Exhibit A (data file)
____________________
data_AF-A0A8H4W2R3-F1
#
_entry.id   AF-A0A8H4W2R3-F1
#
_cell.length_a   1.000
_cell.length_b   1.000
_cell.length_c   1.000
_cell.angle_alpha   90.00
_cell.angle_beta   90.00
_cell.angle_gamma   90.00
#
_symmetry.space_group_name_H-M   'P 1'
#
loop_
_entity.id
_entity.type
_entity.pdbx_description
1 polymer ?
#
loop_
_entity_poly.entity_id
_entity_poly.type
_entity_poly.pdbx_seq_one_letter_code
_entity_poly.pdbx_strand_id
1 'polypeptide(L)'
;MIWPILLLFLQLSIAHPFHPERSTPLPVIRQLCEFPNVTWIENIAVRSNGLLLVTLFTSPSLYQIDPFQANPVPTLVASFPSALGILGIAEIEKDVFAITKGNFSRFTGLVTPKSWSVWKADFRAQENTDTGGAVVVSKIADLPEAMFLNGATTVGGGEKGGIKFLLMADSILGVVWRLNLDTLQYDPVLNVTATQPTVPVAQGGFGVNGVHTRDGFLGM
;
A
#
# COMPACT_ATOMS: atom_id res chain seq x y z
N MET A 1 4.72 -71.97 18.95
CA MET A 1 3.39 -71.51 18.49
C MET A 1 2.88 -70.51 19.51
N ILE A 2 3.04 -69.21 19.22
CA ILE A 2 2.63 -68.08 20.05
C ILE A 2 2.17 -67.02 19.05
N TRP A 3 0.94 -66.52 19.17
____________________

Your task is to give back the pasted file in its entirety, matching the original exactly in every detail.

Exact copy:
data_AF-A0A8H4W2R3-F1
#
_entry.id   AF-A0A8H4W2R3-F1
#
_cell.length_a   1.000
_cell.length_b   1.000
_cell.length_c   1.000
_cell.angle_alpha   90.00
_cell.angle_beta   90.00
_cell.angle_gamma   90.00
#
_symmetry.space_group_name_H-M   'P 1'
#
loop_
_entity.id
_entity.type
_entity.pdbx_description
1 polymer ?
#
loop_
_entity_poly.entity_id
_entity_poly.type
_entity_poly.pdbx_seq_one_letter_code
_entity_poly.pdbx_strand_id
1 'polypeptide(L)'
;MIWPILLLFLQLSIAHPFHPERSTPLPVIRQLCEFPNVTWIENIAVRSNGLLLVTLFTSPSLYQIDPFQANPVPTLVASFPSALGILGIAEIEKDVFAITKGNFSRFTGLVTPKSWSVWKADFRAQENTDTGGAVVVSKIADLPEAMFLNGATTVGGGEKGGIKFLLMADSILGVVWRLNLDTLQYDPVLNVTATQPTVPVAQGGFGVNGVHTRDGFLGM
;
A
#
# COMPACT_ATOMS: atom_id res chain seq x y z
N MET A 1 4.72 -71.97 18.95
CA MET A 1 3.39 -71.51 18.49
C MET A 1 2.88 -70.51 19.51
N ILE A 2 3.04 -69.21 19.22
CA ILE A 2 2.63 -68.08 20.05
C ILE A 2 2.17 -67.02 19.05
N TRP A 3 0.94 -66.52 19.17